America’s enemies learned from the Gulf and Iraq wars that they could not allow the U.S. and its allies geographic access to a combat zone, and have therefore developed denial techniques.

It is here that hypersonic weapons become extremely important.

Denying an enemy access to a combat zone requires enough long-range missiles to hold U.S. forces out of their missiles’ effective range. Two methods exist to execute this task: build enough missiles and launch platforms (ships, aircraft, submarines or ground-based launchers) to overwhelm an air defense system, or build munitions that can evade air defense systems.

Hypersonic weapons aid the latter aspect of this approach.

Both hypersonic cruise missiles and boost-glide vehicles travel six to 10 times faster and can maneuver far more effectively at high speeds than their non-hypersonic counterparts. This allows them to threaten theater-directed point or area air defense systems like those that currently defend U.S. carrier strike groups or major bases on Okinawa, Japan, or Guam.

By contrast, hypersonic weapons provide equivalent benefits to the United States. Countering Russian and Chinese objectives requires being able to penetrate their access denial networks. Stealth aircraft; low-cost, high-quantity warships; submarines; and unmanned systems will be critical in this mission. But hypersonics are equally necessary, considering the scale and sophistication of adversary air defenses.

If capable of being launched at range, hypersonics also allow the U.S. to leverage its most flexible military tool: the big-deck supercarrier’s combat air wing. A U.S. carrier group conceivably could remain beyond the range of all but a handful of Chinese missiles and conduct “standoff” strikes against enemy air defenses, supporting broader penetration efforts.

Of course, the more common public worry is that hypersonic glide vehicles on intercontinental ballistic missiles could transform the nuclear balance by obviating all air defense systems. But if hypersonic glide vehicles do obviate ballistic missile defenses, the standard logic of nuclear deterrence still applies.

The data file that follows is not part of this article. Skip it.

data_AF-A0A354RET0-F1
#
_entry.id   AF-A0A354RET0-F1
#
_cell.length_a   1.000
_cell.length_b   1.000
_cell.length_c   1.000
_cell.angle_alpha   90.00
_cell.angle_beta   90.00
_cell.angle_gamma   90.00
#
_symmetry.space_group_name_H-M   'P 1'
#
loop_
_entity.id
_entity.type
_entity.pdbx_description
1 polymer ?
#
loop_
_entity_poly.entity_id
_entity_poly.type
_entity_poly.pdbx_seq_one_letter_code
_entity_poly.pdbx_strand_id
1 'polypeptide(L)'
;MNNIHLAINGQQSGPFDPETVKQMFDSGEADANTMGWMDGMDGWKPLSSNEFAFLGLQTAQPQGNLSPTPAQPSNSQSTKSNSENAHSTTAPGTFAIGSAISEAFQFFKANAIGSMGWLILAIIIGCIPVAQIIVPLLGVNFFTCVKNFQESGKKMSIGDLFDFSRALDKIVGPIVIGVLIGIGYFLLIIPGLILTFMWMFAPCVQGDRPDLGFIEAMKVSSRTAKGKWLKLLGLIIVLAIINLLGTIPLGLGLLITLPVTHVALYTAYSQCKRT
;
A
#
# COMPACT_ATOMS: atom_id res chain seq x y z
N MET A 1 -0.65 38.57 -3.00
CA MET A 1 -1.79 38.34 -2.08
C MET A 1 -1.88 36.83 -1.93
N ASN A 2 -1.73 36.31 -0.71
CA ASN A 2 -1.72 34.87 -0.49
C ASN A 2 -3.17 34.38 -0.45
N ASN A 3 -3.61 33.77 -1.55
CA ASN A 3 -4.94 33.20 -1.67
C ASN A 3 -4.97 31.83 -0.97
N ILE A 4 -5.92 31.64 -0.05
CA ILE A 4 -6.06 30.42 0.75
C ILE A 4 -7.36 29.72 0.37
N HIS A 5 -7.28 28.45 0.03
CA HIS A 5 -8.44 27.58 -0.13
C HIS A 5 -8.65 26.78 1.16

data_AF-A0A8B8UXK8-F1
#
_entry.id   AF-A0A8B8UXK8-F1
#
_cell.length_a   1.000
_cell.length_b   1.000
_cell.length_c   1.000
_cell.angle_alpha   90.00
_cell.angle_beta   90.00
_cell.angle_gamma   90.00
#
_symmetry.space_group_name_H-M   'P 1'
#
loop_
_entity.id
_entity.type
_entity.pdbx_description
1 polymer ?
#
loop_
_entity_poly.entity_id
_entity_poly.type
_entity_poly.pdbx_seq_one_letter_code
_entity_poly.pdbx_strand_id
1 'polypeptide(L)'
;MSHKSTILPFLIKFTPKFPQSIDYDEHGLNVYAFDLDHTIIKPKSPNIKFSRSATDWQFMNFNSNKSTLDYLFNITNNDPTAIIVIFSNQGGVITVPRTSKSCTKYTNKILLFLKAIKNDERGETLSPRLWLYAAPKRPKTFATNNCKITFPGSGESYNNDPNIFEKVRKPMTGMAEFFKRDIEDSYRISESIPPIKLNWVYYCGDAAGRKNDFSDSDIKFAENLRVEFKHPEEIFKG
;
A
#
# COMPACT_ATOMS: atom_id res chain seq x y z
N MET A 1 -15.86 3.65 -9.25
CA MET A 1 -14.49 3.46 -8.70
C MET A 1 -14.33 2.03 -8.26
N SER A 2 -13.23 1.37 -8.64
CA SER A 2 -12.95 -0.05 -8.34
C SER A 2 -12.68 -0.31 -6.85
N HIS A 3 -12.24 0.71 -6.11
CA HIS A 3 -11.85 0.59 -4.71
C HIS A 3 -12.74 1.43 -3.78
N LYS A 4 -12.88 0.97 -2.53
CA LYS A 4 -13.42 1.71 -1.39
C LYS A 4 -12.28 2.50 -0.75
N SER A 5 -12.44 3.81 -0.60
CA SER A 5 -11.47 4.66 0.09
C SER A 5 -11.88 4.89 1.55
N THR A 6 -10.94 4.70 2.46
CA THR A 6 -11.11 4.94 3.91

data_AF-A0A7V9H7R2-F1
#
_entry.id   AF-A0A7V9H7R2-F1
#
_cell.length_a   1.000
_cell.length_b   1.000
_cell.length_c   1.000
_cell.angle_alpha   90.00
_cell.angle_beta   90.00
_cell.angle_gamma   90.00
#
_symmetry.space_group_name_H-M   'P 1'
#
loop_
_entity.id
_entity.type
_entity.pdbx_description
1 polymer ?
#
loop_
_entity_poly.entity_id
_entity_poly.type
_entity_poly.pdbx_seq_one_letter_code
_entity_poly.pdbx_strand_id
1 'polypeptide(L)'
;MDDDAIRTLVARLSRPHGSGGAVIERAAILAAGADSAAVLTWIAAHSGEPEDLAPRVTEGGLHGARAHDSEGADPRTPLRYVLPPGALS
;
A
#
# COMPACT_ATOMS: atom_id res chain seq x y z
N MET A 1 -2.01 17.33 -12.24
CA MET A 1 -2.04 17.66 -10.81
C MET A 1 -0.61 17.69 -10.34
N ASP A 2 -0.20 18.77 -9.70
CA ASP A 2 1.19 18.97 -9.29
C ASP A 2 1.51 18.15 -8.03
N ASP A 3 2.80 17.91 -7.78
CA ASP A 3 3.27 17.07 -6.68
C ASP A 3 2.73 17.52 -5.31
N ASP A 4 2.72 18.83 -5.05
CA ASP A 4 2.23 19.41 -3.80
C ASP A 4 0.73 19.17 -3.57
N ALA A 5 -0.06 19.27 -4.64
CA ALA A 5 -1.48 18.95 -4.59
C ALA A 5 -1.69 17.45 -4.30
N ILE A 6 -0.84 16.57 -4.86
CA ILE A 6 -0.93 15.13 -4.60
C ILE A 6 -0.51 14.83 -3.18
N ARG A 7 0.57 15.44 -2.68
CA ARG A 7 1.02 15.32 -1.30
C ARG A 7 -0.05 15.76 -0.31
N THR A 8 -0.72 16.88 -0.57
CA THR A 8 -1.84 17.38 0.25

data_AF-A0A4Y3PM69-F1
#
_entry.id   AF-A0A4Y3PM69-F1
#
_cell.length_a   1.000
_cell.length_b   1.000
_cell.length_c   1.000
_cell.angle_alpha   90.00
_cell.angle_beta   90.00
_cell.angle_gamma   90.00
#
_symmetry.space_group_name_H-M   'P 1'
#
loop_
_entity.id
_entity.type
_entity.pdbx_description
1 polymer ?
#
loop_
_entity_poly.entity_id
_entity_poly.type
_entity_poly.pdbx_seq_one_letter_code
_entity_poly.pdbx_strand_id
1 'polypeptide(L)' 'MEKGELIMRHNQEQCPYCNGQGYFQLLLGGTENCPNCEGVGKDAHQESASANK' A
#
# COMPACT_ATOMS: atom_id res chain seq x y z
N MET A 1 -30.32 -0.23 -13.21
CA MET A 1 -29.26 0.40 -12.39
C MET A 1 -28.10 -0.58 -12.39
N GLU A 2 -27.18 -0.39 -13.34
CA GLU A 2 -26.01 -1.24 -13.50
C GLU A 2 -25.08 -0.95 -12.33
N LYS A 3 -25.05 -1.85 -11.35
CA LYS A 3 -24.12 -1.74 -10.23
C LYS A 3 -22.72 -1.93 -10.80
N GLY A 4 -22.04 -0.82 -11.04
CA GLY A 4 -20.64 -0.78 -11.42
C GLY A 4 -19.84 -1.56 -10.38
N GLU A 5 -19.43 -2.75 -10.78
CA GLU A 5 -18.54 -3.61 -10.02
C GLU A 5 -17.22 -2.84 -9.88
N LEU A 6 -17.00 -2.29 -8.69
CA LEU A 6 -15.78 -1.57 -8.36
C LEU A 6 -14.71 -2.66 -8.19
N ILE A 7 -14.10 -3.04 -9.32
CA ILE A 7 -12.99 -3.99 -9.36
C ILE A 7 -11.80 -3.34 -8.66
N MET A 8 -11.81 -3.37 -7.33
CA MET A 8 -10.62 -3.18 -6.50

To conduct a nuclear first strike, Russia or China would need enough missiles to cripple all land-based U.S. weapons and locate and destroy all U.S. ballistic missile submarines, or at least enough to mitigate retaliatory casualties to a still unacceptable 10-20 million. While possible, this would entail a massive expansion in both states’ nuclear arsenals. More reasonable is the proposition that China and Russia would use hypersonic-equipped ICBMs to raise the stakes of a response to regional aggression.

Would a president trade a U.S. population center to honor a commitment to the existence of an ally or critical partner? President Joe Biden, like all his predecessors, has provided no clear answer.

There is no weapon without a counter, either technologically, tactically, operationally or strategically. The Athenian Long Walls of Piraeus obviated Sparta’s original strategy during the Peloponnesian War. As a response, Sparta attacked Athenian allies, obtained a navy and gained command of the seas. Jacky Fisher’s brainchild, the HMS Dreadnought, outclassed every warship in the world when it entered service in 1906. But by 1916, Imperial Germany had built a dreadnought fleet large enough to challenge the British Royal Navy at Jutland. Additionally, the technological response to the dreadnought — the air- or sea-launched torpedo — was already under development.

Americans live not in an increasingly uncertain world, but an increasingly dangerous one. America’s adversaries, having prepared for competition over the last 30 years, are conducting a campaign to undermine its political position and, by extension, transform international society. Their sense of right is not ours, a fact that the genocide against Uighur Muslims or the attempted murder of Alexei Navalny demonstrates.

Of course, this nation cannot blindly trust new technologies to win its wars. It must do the hard work of strategic thinking and must turn to hardened practitioners — in other eras called statesmen — to defend its interests. It should avoid the temptation of technical flights of fancy and the sanctimony of scientific concern with equal care. Nevertheless, hypersonics deserve significant investment as offensive weapons, particularly at the theater level, as do missile defense technologies — if not for continental defense, then at least for tactical and operational purposes.

Seth Cropsey is a senior fellow and director of the Center for American Seapower at the Hudson Institute. He previously worked as an assistant to U.S. Defense Secretary Caspar Weinberger and subsequently served as deputy undersecretary of the Navy in the Ronald Reagan and George H.W. Bush administrations. Within the Office of the Secretary of Defense, he served as acting assistant secretary and then principal deputy assistant secretary of defense for special operations and low-intensity conflict. He also served in the Navy from 1985 to 2004.